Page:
Douglas McCloud said...


Well, aren't we a happy little scholar?

I do not think that the locals are want to drive all of us out of town. You? Yes.

Small wonder some locals may label us out of touch. Your attitude is visable on this campus in just a small minority.

Make it smaller. Go elsewhere if you don't like it here. With your attitude, I'm sure you'll find that many schools, not to mention their cities and states, will fawn all over you.

nemesis said...

If "out of touch" was the worst I'd been called, I'd be happy.

No, it's things like "scam artist" "crook" and "raping the taxpayer" that really hurt.

Anonymous said...

Aren't blogs very unrepresentative because they are full of responses from people with more extreme and ideologically driven views and therefore a very unreliable gauge of public opinion?

As far as the Chancellor potentially leaving, any transition is disruptive. There will also be the challenge of finding someone who is good to replace him. Paying well below average does not help. Rick Wells' tenure here is already well above the average time that a Chancellor (and whatever else they are called) typically stays at one place and he has genuinely worked tirelessly to promote UW O. He has weaknesses, of course, and we know them well, I suppose, but we could do a lot worse.

Another Opinion said...

The chancellor has done a pretty good job handling the budget problems. I do see a problem with him at Albany. Albany is one of the research universities in NY, and Wells hasn't been a supporter of research. If it wasn't for some vocal people who have the chancellor's ear, the curriculum modifications would have been long gone and we'd be on a 4/4. I can't imagine the Albany faculty would want to have him as the boss.

Lake Winneblogo said...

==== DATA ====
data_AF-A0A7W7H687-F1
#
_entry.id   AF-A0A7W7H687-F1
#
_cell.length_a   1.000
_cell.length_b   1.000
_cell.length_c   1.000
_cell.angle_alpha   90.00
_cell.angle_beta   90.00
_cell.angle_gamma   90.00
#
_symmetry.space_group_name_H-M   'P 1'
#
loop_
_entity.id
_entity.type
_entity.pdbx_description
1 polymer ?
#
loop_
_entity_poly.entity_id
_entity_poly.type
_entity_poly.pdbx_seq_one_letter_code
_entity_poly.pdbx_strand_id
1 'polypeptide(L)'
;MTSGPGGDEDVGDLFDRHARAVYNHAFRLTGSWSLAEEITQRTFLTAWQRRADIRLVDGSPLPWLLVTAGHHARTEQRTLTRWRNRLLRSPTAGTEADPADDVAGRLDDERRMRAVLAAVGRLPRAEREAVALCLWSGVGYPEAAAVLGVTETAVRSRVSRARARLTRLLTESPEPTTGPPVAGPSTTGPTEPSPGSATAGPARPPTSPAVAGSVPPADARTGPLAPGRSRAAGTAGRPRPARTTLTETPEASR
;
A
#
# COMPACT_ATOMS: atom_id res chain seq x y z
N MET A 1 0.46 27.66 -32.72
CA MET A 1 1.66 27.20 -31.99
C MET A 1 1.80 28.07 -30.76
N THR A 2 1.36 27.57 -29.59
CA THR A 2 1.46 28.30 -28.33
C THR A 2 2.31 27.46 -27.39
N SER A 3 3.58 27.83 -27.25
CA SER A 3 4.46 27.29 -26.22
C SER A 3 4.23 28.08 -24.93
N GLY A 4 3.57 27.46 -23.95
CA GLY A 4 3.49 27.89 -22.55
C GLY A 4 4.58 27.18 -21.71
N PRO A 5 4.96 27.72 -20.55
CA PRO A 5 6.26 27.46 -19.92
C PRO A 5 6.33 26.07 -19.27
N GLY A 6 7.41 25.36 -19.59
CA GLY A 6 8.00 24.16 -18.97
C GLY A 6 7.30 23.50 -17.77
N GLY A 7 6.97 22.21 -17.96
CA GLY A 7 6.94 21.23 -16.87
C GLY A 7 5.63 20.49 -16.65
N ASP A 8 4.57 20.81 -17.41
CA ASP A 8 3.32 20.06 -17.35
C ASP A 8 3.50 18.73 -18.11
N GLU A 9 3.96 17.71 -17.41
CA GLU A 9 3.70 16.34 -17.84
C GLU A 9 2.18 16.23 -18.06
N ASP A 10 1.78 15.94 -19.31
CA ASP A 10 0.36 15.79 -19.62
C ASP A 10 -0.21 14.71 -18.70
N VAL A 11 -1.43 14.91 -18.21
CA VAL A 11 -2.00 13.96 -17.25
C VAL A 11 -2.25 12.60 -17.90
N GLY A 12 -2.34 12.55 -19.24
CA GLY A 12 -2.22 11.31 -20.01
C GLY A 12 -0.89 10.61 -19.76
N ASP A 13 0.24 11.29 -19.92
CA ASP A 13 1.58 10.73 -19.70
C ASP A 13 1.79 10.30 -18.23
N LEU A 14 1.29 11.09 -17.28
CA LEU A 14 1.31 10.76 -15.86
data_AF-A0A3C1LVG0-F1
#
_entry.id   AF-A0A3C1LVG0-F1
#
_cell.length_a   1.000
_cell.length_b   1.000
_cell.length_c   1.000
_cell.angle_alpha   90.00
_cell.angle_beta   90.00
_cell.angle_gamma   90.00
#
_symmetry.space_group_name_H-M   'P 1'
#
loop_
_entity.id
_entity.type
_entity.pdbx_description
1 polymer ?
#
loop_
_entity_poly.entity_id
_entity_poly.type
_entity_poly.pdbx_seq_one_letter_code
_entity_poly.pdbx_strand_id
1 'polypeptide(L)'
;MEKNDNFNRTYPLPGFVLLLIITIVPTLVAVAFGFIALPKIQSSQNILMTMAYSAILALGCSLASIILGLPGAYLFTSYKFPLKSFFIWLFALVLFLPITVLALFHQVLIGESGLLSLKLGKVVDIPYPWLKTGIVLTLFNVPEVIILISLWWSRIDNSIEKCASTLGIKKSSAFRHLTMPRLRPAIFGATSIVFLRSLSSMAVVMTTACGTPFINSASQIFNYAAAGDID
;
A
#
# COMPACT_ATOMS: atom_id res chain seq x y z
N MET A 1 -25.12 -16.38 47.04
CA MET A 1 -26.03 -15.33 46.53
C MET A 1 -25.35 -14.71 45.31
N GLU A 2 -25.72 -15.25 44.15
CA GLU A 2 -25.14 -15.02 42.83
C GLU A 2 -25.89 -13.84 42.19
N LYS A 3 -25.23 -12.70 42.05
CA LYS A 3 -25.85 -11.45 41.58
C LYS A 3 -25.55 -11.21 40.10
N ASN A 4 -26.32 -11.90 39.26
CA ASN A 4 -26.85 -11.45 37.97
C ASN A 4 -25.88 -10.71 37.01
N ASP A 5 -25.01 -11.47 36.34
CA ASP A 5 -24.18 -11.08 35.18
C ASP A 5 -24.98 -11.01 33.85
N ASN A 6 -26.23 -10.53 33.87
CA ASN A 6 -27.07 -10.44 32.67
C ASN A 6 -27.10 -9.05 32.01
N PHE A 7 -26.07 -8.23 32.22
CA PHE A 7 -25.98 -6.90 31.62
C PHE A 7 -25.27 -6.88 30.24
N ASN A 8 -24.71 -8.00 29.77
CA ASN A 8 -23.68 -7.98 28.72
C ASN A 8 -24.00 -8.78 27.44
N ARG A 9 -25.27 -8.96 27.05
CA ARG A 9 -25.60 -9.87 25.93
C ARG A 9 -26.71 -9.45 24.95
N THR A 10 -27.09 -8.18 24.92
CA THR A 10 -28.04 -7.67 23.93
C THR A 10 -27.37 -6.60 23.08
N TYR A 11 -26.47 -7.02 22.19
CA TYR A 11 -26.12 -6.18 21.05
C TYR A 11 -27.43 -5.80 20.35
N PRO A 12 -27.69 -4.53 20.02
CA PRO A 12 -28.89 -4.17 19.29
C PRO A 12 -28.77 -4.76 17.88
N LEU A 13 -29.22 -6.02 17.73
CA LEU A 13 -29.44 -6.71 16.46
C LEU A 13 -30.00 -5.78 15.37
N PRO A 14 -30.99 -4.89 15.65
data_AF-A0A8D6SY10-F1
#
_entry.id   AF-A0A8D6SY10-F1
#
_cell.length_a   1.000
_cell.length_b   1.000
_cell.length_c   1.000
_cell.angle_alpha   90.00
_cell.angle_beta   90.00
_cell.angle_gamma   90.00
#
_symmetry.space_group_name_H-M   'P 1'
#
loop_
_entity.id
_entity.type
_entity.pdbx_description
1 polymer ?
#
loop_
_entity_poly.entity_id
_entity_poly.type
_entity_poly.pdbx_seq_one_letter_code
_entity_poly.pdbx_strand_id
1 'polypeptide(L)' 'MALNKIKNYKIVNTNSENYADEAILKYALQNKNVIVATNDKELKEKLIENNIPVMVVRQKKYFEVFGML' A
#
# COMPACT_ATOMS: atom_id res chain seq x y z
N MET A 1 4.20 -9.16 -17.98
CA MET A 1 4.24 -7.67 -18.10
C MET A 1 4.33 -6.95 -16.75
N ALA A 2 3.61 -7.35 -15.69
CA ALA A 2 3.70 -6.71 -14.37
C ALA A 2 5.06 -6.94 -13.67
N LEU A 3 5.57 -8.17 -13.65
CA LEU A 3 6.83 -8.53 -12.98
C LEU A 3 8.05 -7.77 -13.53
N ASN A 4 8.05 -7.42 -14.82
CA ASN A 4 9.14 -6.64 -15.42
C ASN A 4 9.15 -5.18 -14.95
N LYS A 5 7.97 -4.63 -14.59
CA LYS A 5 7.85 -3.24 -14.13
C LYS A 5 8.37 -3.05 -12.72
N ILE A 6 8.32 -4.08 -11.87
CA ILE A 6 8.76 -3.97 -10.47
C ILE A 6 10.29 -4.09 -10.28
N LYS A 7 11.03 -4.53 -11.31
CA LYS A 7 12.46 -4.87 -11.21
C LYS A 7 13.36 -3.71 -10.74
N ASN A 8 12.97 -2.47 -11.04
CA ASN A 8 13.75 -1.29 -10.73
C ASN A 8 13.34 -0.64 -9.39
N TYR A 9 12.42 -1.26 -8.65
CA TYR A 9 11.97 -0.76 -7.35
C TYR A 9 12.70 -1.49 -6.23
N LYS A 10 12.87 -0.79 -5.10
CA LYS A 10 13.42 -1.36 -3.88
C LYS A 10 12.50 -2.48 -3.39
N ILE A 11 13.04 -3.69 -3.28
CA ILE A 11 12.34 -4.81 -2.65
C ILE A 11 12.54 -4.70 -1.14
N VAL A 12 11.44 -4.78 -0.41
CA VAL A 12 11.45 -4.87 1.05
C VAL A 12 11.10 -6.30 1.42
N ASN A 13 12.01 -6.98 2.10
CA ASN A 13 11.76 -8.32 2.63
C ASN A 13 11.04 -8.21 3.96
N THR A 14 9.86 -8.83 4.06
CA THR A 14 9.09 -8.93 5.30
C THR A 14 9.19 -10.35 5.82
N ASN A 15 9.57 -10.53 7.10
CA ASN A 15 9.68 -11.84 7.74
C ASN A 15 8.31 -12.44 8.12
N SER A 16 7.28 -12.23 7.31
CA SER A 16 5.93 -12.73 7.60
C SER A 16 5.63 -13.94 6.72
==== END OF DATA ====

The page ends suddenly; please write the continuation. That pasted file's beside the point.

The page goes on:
It is hardly a steadying influence to have your chancellor continuously on the job market.

That being said, Wells has done a good job dealing with cuts and getting the new academic building approved.

I don't know that he is R1 material--though I suppose I am not either!

XBadger said...

"Another Opinion said" said, "If it wasn't for some vocal people who have the chancellor's ear, the curriculum modifications would have been long gone and we'd be on a 4/4."

Um, many of us ARE on a 4/4.

Anonymous said...

It looks like they did appont the previously fetted individual... on Feb 10.

Douglas McCloud said...

Zimpher, one time Chancellor at UWM, was selected as the head of the SUNY system, not the Albany position.

Another Opinion said...

XBadger, Is it because your department chose to remain on 4/4, or you individually? Most of the people I speak with are on 3/3 load. Just wondering.

Anyways, I stand by the Albany job being a bad fit. I don't blame him for looking, but he is looking in the wrong place. Albany is a bit like U of Milwaukee. His best shot is due to Zimpher being in place, because the search committee might think he can work well with someone he already knows.